SPRINGFIELD --- A new Illinois General Assembly was sworn in today, and after the ceremony and celebrations are over, lawmakers will face a full plate of unresolved issues in the month ahead.
Democrats now have veto-proof majorities in both the House and the Senate, increasing the party's control at a time when the state's $96.8 billion pension debt looms as a major issue. Also left hanging following Tuesday's adjournment of the last session: gay marriage, gun control and gambling expansion, among others.
Gov. Pat Quinn presided over the 59-member Senate, which is his constitutional duty, until Sen. John Cullerton, a Chicago Democrat, was re-elected as the chamber's president. Democrats make up 40 out of the 59 senators.
The House is across town at the University of Illinois-Springfield at an auditorium. The House elected Democratic Rep. Michael Madigan as speaker, a post he has held since 1983 with the exception of a two-year period when Republicans won control. He is Illinois’ longest serving House speaker. There are 71 Democrats out of 118 members.
Madigan challenged his newly sworn colleagues to tackle the difficult finances of the state, including the "absolutely serious nature" of the heavily indebted pension systems.
The Southwest Side Democrat warned House members that "really difficult work" lies ahead, asking them to call upon their "inner resolve."
After briefly relenting the past few days during efforts to get pension reform passed, Madigan stuck beside his call to shift the state's costs of paying for suburban and Downstate teacher pensions onto local school districts. Madigan said it is now a "free lunch" given that Chicago property taxpayers cover expenses for the city's public teacher pensions.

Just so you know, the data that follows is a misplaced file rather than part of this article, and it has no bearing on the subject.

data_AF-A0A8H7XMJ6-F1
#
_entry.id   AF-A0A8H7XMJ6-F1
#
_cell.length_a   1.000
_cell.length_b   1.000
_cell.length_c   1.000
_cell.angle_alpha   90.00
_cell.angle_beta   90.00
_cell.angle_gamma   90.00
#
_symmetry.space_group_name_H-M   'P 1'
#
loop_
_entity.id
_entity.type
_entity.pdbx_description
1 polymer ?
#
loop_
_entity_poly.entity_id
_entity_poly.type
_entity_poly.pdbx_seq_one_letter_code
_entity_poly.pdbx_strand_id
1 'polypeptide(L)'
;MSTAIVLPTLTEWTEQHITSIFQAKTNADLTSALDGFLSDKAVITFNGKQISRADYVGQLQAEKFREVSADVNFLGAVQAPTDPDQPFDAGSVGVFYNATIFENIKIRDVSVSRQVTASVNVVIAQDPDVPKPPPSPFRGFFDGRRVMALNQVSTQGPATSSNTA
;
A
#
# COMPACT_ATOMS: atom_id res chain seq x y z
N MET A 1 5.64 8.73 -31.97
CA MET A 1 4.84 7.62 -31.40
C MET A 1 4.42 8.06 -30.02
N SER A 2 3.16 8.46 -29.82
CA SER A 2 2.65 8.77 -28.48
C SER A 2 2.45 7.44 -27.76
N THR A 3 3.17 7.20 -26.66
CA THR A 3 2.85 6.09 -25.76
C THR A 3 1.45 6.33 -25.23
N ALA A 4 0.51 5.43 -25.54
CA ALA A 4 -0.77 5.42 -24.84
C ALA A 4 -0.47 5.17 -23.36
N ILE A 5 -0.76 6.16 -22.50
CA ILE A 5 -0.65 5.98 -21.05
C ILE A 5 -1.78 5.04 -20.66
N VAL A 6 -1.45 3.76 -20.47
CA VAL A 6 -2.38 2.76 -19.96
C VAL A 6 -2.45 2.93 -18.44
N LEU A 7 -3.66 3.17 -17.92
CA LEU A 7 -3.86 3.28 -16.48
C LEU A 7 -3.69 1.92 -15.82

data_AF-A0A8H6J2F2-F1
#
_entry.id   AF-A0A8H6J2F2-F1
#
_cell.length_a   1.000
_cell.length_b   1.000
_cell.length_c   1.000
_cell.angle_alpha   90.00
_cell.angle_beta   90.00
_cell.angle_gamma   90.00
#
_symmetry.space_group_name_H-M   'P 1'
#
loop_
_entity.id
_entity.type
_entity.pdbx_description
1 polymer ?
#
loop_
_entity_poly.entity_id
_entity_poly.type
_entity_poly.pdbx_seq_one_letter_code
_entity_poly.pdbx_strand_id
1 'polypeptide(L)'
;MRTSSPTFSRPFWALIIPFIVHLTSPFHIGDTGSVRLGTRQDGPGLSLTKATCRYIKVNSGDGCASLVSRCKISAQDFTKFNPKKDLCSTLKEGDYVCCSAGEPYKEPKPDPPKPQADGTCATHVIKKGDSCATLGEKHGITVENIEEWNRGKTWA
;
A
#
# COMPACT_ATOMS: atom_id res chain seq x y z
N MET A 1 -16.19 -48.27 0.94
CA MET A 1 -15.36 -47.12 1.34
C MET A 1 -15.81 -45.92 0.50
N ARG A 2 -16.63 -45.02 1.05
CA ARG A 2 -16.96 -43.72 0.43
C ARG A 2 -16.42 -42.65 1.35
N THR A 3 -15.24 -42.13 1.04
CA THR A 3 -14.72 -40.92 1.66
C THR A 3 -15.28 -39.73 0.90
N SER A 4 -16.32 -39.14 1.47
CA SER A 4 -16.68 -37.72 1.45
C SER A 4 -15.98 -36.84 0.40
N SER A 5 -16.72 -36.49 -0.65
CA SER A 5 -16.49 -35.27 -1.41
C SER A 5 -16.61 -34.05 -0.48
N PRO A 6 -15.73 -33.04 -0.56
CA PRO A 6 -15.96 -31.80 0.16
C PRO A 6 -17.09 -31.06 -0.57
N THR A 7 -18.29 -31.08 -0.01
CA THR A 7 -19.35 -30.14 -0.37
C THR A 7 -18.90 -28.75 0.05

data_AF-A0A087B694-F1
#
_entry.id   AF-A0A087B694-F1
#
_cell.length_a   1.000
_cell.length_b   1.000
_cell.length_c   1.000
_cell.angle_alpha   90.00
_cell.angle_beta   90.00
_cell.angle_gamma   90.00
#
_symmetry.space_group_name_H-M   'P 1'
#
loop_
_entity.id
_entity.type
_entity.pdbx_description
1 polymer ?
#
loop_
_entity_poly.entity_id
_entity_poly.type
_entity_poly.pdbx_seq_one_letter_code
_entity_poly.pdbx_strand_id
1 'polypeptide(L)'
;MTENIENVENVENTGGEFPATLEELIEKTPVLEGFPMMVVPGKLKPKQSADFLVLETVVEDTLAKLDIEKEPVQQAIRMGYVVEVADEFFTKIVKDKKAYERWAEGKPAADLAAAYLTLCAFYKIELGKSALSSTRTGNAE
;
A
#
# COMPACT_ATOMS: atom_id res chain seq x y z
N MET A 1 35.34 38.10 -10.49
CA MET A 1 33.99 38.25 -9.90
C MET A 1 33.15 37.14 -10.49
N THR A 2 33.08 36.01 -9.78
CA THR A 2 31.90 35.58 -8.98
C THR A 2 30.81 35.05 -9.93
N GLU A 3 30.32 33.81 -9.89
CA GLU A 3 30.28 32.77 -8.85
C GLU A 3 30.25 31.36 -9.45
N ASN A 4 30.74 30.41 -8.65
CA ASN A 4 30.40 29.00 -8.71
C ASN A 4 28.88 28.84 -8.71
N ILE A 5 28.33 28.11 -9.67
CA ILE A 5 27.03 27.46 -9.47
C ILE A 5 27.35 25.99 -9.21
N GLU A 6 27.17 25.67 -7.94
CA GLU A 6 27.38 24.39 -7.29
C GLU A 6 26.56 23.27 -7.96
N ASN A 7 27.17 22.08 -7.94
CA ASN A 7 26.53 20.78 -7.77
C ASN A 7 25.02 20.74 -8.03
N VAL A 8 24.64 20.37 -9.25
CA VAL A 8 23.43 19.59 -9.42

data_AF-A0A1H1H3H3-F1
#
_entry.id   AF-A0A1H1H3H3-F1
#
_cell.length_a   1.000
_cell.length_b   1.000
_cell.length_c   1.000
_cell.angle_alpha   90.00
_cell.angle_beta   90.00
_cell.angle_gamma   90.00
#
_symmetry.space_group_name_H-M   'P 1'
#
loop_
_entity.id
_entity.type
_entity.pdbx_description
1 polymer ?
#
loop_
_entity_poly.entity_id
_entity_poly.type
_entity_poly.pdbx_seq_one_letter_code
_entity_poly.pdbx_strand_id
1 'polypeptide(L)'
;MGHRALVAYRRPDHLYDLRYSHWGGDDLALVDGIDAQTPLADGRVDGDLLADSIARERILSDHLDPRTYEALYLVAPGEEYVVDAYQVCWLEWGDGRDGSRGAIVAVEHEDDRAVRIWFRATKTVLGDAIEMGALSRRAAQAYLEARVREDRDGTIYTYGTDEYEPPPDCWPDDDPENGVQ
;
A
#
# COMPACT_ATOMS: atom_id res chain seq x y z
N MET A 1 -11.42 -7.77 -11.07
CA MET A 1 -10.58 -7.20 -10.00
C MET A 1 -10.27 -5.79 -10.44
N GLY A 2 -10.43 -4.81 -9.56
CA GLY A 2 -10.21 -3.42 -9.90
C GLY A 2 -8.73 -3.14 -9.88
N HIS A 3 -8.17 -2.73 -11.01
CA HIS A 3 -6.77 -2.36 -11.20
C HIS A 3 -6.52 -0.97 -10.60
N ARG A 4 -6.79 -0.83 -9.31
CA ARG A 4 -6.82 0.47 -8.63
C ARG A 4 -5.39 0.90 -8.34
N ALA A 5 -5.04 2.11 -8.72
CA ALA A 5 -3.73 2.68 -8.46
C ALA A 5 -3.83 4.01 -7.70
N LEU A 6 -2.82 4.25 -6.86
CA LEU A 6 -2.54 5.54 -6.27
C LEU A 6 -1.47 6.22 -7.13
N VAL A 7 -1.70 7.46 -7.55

House Minority Leader Tom Cross, R-Oswego, called on lawmakers to "be bold" and put political consequences aside when deciding how to move forward on the "incredibly difficult issues."
Earlier, House Majority Leader Barbara Currie launched the renomination of Madigan to start his 15th term as speaker of the House, saying the hallmark of his leadership is one of hard work, intelligence and deliberative decision making.
"He's not a knee-jerk, not a snap judgment kind of guy," Currie said.
Citing the state's daunting financial challenges, Currie said: "One man has shown the capacity to chart a course out of the morass."
Among lawmakers seconding Madigan's nomination. Rep. Elaine Nekritz, D-Northbrook, said Madigan is always a step ahead, or maybe "seven or eight," as the clear "focal point" of the legislative process.
Unlike most ceremonial debates over pre-determined leadership choices, Rep. Mike Bost, R-Murphysboro, ripped into Madigan while nominating Cross for the speakership.
Bost drew national attention last year for a paper-tossing tirade against the confining Madigan-backed rules of procedure in the House, but he said this time he would try to "keep my emotions in check."
But Bost wasted little time before he railed against Madigan.
"For the last 32 years, this has not been a very democratic place," Bost said, singling out Madigan as the "one person" responsible for the problem.
Bost pleaded with colleagues to back Cross because today they will take the "most important vote" of the session, one that will determine how committees are structured and whether bills will ever be heard.
At the House ceremony, there is a banner with a picture of the Capitol dome and American flags. There is also a quote attributed to Abraham Lincoln: "Determine the thing that can be and shall be done, and then we shall find the way."
Four years ago, the Illinois House was sworn in, then promptly voted to impeach then-Gov. Rod Blagojevich. The Senate went on to remove Blagojevich from office, and eventually the ex-governor ended up serving federal time in a Colorado prison following his conviction on political corruption charges.
The new Illinois House is home to two lawmakers who face federal criminal charges: Reps. Derrick Smith, who was kicked out last August but re-elected in November by West Side voters; and LaShawn Ford, who was indicted on financial charges late last year.Copyright © 2014, Los Angeles Times